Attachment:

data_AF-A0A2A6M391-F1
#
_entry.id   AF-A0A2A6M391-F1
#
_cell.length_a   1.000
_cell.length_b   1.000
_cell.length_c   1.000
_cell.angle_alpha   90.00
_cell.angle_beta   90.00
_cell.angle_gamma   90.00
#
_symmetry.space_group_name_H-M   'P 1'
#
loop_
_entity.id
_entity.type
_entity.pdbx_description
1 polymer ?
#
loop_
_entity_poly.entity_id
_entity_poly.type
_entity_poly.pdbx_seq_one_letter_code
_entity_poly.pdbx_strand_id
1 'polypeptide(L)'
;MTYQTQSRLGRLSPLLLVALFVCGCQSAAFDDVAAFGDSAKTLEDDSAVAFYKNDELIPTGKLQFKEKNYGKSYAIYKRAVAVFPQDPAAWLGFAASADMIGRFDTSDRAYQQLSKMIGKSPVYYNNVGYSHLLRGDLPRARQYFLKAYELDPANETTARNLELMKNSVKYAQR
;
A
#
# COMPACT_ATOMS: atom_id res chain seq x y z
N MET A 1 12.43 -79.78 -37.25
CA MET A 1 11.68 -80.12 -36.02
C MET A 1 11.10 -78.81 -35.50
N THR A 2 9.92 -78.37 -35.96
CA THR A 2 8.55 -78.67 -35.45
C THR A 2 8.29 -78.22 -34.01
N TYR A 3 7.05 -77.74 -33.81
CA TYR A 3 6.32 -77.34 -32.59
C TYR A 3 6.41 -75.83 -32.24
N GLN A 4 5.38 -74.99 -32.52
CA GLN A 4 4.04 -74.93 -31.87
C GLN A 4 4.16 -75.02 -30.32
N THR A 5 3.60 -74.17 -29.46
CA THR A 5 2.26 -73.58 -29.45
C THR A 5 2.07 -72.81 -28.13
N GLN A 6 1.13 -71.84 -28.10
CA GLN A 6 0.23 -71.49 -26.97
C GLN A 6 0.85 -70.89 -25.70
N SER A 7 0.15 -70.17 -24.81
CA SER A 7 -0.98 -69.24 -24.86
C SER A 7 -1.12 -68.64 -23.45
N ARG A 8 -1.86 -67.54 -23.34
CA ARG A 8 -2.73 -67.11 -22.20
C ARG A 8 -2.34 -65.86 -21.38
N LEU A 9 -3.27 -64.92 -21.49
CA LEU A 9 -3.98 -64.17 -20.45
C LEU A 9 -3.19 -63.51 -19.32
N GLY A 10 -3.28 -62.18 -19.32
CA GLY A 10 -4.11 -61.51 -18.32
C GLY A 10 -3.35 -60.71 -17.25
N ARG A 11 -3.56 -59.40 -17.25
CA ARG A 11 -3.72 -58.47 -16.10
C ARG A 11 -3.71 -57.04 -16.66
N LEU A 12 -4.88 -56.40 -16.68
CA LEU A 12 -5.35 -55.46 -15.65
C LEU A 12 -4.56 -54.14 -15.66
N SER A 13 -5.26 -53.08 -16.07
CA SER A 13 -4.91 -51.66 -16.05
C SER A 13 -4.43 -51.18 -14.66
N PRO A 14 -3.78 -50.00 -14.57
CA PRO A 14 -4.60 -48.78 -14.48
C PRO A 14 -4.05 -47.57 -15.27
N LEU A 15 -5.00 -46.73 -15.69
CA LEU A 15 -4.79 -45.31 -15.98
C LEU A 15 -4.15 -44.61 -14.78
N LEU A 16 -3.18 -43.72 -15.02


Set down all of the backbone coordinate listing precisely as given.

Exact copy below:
data_AF-A0A2A6M391-F1
#
_entry.id   AF-A0A2A6M391-F1
#
_cell.length_a   1.000
_cell.length_b   1.000
_cell.length_c   1.000
_cell.angle_alpha   90.00
_cell.angle_beta   90.00
_cell.angle_gamma   90.00
#
_symmetry.space_group_name_H-M   'P 1'
#
loop_
_entity.id
_entity.type
_entity.pdbx_description
1 polymer ?
#
loop_
_entity_poly.entity_id
_entity_poly.type
_entity_poly.pdbx_seq_one_letter_code
_entity_poly.pdbx_strand_id
1 'polypeptide(L)'
;MTYQTQSRLGRLSPLLLVALFVCGCQSAAFDDVAAFGDSAKTLEDDSAVAFYKNDELIPTGKLQFKEKNYGKSYAIYKRAVAVFPQDPAAWLGFAASADMIGRFDTSDRAYQQLSKMIGKSPVYYNNVGYSHLLRGDLPRARQYFLKAYELDPANETTARNLELMKNSVKYAQR
;
A
#
# COMPACT_ATOMS: atom_id res chain seq x y z
N MET A 1 12.43 -79.78 -37.25
CA MET A 1 11.68 -80.12 -36.02
C MET A 1 11.10 -78.81 -35.50
N THR A 2 9.92 -78.37 -35.96
CA THR A 2 8.55 -78.67 -35.45
C THR A 2 8.29 -78.22 -34.01
N TYR A 3 7.05 -77.74 -33.81
CA TYR A 3 6.32 -77.34 -32.59
C TYR A 3 6.41 -75.83 -32.24
N GLN A 4 5.38 -74.99 -32.52
CA GLN A 4 4.04 -74.93 -31.87
C GLN A 4 4.16 -75.02 -30.32
N THR A 5 3.60 -74.17 -29.46
CA THR A 5 2.26 -73.58 -29.45
C THR A 5 2.07 -72.81 -28.13
N GLN A 6 1.13 -71.84 -28.10
CA GLN A 6 0.23 -71.49 -26.97
C GLN A 6 0.85 -70.89 -25.70
N SER A 7 0.15 -70.17 -24.81
CA SER A 7 -0.98 -69.24 -24.86
C SER A 7 -1.12 -68.64 -23.45
N ARG A 8 -1.86 -67.54 -23.34
CA ARG A 8 -2.73 -67.11 -22.20
C ARG A 8 -2.34 -65.86 -21.38
N LEU A 9 -3.27 -64.92 -21.49
CA LEU A 9 -3.98 -64.17 -20.45
C LEU A 9 -3.19 -63.51 -19.32
N GLY A 10 -3.28 -62.18 -19.32
CA GLY A 10 -4.11 -61.51 -18.32
C GLY A 10 -3.35 -60.71 -17.25
N ARG A 11 -3.56 -59.40 -17.25
CA ARG A 11 -3.72 -58.47 -16.10
C ARG A 11 -3.71 -57.04 -16.66
N LEU A 12 -4.88 -56.40 -16.68
CA LEU A 12 -5.35 -55.46 -15.65
C LEU A 12 -4.56 -54.14 -15.66
N SER A 13 -5.26 -53.08 -16.07
CA SER A 13 -4.91 -51.66 -16.05
C SER A 13 -4.43 -51.18 -14.66
N PRO A 14 -3.78 -50.00 -14.57
CA PRO A 14 -4.60 -48.78 -14.48
C PRO A 14 -4.05 -47.57 -15.27
N LEU A 15 -5.00 -46.73 -15.69
CA LEU A 15 -4.79 -45.31 -15.98
C LEU A 15 -4.15 -44.61 -14.78
N LEU A 16 -3.18 -43.72 -15.02